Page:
|It's a Matter of Common Sense: Keep
Safe When Traveling Abroad for Business
Originally Posted on
If you are nervous about
traveling abroad and your business requires it, take the following common
sense steps to avoid trouble.
First, you should stop and
assess the situation. Next, ask yourself if you are experiencing paranoia.
Lastly, take action. Look for alternatives if you feel confident that
something is wrong. You may have to wave down a taxi, run, or step inside a
Stay Aware of Your
If you are traveling to an
area for the first time, it is extremely important to learn as much as you
can about the country before you pack your bags. Intelligence updates and
country updates found at the U.S. State Department can give you the
background you need in order to make intelligent decisions when confronted.
Contact the State Department or the United States Embassy before you go. Get
a threat briefing. It will let you know if there are certain areas you
If you are a frequent
traveler, the area you visit may feel like home. However, that's no excuse
to let your guard down.
Never become complacent,
even if you travel to an area often, says Karen Jeffery, president of
Pacific Island Investments. On a routine trip to Fiji, she discovered that
her laptop computer and calculator were missing from her luggage. It turns
out that someone searched her bags after they were removed from the boat.
"I found out that people sift through the luggage regularly and take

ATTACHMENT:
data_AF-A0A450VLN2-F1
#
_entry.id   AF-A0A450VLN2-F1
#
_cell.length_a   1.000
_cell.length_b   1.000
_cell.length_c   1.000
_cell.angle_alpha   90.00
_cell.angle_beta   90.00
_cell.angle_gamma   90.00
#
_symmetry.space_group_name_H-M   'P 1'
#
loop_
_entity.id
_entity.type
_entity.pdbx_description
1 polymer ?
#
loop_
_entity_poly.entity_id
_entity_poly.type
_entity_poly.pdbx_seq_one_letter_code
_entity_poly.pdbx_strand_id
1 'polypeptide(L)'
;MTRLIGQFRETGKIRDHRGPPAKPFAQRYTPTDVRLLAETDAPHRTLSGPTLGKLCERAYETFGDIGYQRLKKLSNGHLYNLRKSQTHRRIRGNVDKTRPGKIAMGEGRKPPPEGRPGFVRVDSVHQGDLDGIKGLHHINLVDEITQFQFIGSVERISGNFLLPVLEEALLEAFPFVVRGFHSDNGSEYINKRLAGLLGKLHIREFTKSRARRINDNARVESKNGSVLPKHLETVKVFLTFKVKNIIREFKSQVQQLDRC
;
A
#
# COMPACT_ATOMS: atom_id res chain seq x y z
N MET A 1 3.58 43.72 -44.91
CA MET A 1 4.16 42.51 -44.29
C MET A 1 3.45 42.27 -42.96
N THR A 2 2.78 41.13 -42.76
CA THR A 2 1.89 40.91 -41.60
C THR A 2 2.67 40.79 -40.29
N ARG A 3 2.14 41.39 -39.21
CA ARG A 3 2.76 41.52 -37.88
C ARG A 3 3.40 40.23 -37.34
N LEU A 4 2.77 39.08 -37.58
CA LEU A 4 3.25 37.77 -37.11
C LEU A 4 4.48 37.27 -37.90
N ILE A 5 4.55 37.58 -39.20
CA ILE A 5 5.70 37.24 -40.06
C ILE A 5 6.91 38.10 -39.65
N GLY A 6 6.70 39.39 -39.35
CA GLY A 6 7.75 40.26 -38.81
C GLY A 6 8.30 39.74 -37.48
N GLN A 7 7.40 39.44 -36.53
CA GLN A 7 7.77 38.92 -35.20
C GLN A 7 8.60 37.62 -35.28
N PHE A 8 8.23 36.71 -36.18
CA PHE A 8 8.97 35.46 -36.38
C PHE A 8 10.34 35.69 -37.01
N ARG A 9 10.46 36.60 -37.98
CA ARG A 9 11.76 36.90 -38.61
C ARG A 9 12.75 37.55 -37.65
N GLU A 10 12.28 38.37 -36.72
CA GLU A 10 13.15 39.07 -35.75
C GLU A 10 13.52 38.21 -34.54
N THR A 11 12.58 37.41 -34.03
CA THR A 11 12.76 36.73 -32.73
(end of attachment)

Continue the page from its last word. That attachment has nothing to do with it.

what they want," she says. "My advice is: don't let anything out
of your sight, even if you are frequent traveler to an area."
Lower Your Risk
Terrorists and thieves are
sometimes attracted to Americans because they can earn an attractive ransom.
If you are trying to look
like you are of modest means and you have a Platinum card, an American
Express card, and your gym membership card, a terrorist would jump to the
conclusion of thinking that you are a millionaire.
There isn't a single
scenario that describes how travelers are nabbed. People often run awry with
the police and get a lofty American attitude by assuming that they have the
same rights in a foreign country as they do in the United States. That's why
you should always be polite when dealing with police or even thieves when
abroad. Don't be condescending. Carry bribe money to get you through sticky
Of course, if you look and
act like the people in your area, you have a better chance of escaping
problems with the police and others. If you are traveling with nationals,
your chances of having problems are also reduced.
Do As the Natives Do
That's why you should
always do as the natives do. Dress similar to the natives in the area. Try
to avoid wearing clothes with obvious American insignias. In other words,
leave your university alumni shirt at home.
Become invisible by
learning how to behave in a new culture. Develop a rapport with foreign
nationals. Ask them about any security concerns you may have and mimic their
behavior. They will give you an insider's opinion. Learn acceptable
greetings and discussion for the area you are visiting. For example, in some
cultures, slapping a person on the back is a no-no.
Never pull out large sums
of money. Use traveler's checks or local currency instead of using American
cash. If you must have a credit card, bring only one. There's no sense in
losing all of them at once. Make sure that you get a receipt for your
purchases. Finally, remember to ask for your credit card carbon copies and
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Williams is a freelance travel writer. (More about